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Geordie Guide: Scran

Noo tha yoor heor at The Toon University yee might want te knaa a bit more aboot Geordies an stuff

Black Bullets

Although bearing 'Maxons Sheffield England' on their tins, Jesmona Black Bullets (other brands are available!) are closely associated with the North East of England not least because 'Bullet' in the Geordie language refers to a boiled sweet & it is believed that Jesmona refers to Jesmond.

Singin' Hinny

The singin' hinny was so called as, when the butter and the cream melted during the baking, it sizzled on the hot gridle and was thought to be singing. An old tale is told of how this large tea-time scone first became known as a singin' hinny. A North Country housewife was baking this scone for tea and on repeatedly being asked by her children if it was ready to eat, her final reply was "No, it's just singing, hinnies". (Hinnies a Geordie term of endearment for children and loved ones)

Ingredients

300g (12oz) self-raising flour

50g (2oz) ground rice

1 x 5ml spoon (1tsp) salt

25g (1oz) lard

50g (2oz) sugar

75g (3oz) currants

125-250ml (¼- ½ pint)

Method

  • Mix together flour, ground rice & salt and rub in lard until mixture resembles breadcrumbs.
  • Add sugar, currants & milk to give a soft dough.
  • Roll out to 1cm (½”) thick and prick with a fork.  Cut into triangles and cook on a moderately hot girdle for 3-4 minutes on each side until brown.
  • Serve hot & enjoy!

Pease pudding

Pease pudding mainly consists of split peas, water, salt, and spices, and is often cooked with a bacon or ham joint. It is typically thick and light yellow in colour, with a mild taste. Pease pudding was traditionally produced in England, especially in the industrial North East. It is often served with ham or bacon and stotties.

Ingredients

pack of bacon

salt and pepper

475g (about a one pound pack) split Peas

Method

  • Place Split Peas in large ovenproof dish
  • Cover with Water - 475g of split peas to every 2 litres of water
  • Add salt and pepper to season and allow to stand overnight
  • Add small pieces of chopped bacon (not the fat or rind) into mixture. As to your own requirement, remembering this is a split pea rather than a meat recipe
  • Place middle shelf of oven, Gas Mark 5 150C - cook until this reaches a nice medium consistency (not too thick or thin as once cool it sets even thicker.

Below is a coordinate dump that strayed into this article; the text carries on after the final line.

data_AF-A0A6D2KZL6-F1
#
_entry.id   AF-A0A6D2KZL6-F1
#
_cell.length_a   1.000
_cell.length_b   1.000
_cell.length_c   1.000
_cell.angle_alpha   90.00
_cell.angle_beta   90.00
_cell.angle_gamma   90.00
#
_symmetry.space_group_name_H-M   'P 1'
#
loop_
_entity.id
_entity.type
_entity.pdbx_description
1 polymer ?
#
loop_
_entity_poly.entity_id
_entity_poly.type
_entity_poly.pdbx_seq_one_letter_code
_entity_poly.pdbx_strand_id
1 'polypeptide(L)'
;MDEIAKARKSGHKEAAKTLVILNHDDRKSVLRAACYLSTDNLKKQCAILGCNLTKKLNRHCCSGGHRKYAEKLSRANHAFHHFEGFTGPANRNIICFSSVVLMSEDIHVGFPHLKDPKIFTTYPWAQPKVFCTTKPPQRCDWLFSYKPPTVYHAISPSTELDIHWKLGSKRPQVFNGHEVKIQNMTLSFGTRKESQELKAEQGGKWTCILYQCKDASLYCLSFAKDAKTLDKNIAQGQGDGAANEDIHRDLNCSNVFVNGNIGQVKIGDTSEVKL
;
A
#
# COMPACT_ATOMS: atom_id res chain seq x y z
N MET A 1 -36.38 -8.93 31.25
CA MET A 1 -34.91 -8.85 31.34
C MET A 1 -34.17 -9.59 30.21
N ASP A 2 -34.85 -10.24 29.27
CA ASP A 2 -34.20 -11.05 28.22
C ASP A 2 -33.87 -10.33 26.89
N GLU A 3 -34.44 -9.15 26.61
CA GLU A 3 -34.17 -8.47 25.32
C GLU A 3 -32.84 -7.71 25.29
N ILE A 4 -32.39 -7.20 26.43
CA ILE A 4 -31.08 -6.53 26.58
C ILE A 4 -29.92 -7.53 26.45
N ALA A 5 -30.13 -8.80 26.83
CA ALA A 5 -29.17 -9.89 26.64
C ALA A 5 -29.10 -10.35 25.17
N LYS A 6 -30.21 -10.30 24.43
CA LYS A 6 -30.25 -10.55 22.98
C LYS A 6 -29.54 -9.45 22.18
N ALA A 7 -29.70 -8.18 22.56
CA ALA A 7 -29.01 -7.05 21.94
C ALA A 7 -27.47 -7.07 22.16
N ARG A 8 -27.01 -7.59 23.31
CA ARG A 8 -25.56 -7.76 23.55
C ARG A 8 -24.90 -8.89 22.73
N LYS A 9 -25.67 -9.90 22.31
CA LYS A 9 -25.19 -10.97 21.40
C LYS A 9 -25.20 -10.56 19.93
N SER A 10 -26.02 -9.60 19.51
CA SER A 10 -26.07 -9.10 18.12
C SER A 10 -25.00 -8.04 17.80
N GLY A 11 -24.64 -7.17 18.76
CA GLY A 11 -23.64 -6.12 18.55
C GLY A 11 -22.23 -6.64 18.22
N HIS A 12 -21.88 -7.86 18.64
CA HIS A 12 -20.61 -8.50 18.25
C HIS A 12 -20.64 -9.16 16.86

• When cooled place in refrigerator.
  • Chill and serve with salad or cold ham sandwiches or even with Roast Potatoes and beef with Gravy.

Newcastle Brown Ale

Self Portrait, 1963 (oil on canvas) Bellany, John (1942-?) The Fleming-Wyfold Art Foundation, Bridgeman Education

Newcastle Brown Ale or 'Newkie Brown' (if you're not a local - Geordies never call it that) was created by Lt. Colonel James Herbert Porter in 1925 and has become an iconic brand not only in the North East but across the world.  The recognisable blue star on the logo represented the five original companies who formed Newcastle Breweries.

Newcastle Brown Ale went into production on Tyneside in 1927 with production moving across the River Tyne to Gateshead in 2005.  In 2000 it earned European Union's Protection of Geographical Indications (PGI) status however ths was later canceled as production later moved to North Yorkshire in 2010.

Further Reading

Stotties

A Stottie cake or stotty is a type of bread produced in North East England. It is a flat and round loaf, with an indent in the middle produced by the baker.  The heavy texture of the bread gives the Stotty it's name as 'to stott' means 'to bounce' in Geordie because if dropped, the bread (in theory) would bounce.

Ingredients

6lbs Strong white bread flour

6 teaspoons of salt

1oz lard

2oz fresh yeast

2 teaspoons sugar

2½ to 3 pints warm water

Method

  • Mix flour and salt together then rub in the lard.
  • Cream the fresh yeast and sugar and stir in about half of the warm water until dissolved
  • Leave the yeast mixture until frothy then add to the flour/salt mix together with the rest of the warm water, sufficient to make a firm but not sticky dough.
  • Knead for ten minutes, place in bowl, cover and leave in a warm place until it has doubled in size.
  • Turn out and knead again.

This is where the recipe differs from 'normal' bread. Sufficient is cut after the dough has had its first rising. Roll out to about ½" thick and 6" to 8" diameter. Prick all over with a fork and bake on a floured tray on the bottom of the oven (this is important) for about 25 to 30 minutes on gas mark 8, 450F.